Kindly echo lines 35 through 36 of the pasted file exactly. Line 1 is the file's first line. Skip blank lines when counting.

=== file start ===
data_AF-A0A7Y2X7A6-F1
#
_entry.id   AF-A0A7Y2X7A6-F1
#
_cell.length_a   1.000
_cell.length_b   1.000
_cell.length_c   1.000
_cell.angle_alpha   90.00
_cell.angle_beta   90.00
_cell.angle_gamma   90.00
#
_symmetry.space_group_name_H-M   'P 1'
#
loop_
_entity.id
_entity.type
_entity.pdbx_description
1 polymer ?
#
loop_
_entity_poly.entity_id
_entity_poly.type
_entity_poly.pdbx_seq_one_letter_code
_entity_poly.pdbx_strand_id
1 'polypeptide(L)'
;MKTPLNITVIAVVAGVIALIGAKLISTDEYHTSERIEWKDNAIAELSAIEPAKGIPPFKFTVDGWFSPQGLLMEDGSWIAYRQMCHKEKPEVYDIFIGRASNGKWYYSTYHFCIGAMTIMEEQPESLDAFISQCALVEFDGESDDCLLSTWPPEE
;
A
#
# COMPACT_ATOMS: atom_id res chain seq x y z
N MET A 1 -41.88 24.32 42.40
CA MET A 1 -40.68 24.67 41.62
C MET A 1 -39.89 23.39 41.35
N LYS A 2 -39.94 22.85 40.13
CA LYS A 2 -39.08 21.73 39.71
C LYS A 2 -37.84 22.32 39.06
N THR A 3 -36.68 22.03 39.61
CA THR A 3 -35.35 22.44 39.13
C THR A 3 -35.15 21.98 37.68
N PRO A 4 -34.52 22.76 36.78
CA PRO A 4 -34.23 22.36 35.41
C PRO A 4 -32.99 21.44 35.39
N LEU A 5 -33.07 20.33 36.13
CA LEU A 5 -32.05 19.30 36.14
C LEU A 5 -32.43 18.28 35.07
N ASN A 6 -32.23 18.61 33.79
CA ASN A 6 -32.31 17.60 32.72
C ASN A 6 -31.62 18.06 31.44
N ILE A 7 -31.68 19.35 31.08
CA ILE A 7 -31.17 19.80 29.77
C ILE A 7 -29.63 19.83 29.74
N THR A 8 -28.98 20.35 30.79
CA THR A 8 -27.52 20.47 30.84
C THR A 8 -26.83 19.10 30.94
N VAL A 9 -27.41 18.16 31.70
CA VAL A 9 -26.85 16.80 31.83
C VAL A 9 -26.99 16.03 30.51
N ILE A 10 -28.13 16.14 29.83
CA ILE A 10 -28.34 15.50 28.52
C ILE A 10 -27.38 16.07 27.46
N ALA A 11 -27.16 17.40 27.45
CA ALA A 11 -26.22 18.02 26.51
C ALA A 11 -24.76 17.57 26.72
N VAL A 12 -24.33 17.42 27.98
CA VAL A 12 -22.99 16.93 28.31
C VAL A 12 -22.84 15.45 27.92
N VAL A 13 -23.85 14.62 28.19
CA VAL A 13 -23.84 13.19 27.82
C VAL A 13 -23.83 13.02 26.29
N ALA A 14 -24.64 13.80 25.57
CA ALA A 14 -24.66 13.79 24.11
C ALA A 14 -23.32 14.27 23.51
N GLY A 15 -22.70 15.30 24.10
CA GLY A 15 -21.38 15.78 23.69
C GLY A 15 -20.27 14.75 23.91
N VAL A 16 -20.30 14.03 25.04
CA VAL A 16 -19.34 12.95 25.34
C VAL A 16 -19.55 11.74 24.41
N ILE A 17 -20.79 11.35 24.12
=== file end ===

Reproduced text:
CA LYS A 2 -39.08 21.73 39.71
C LYS A 2 -37.84 22.32 39.06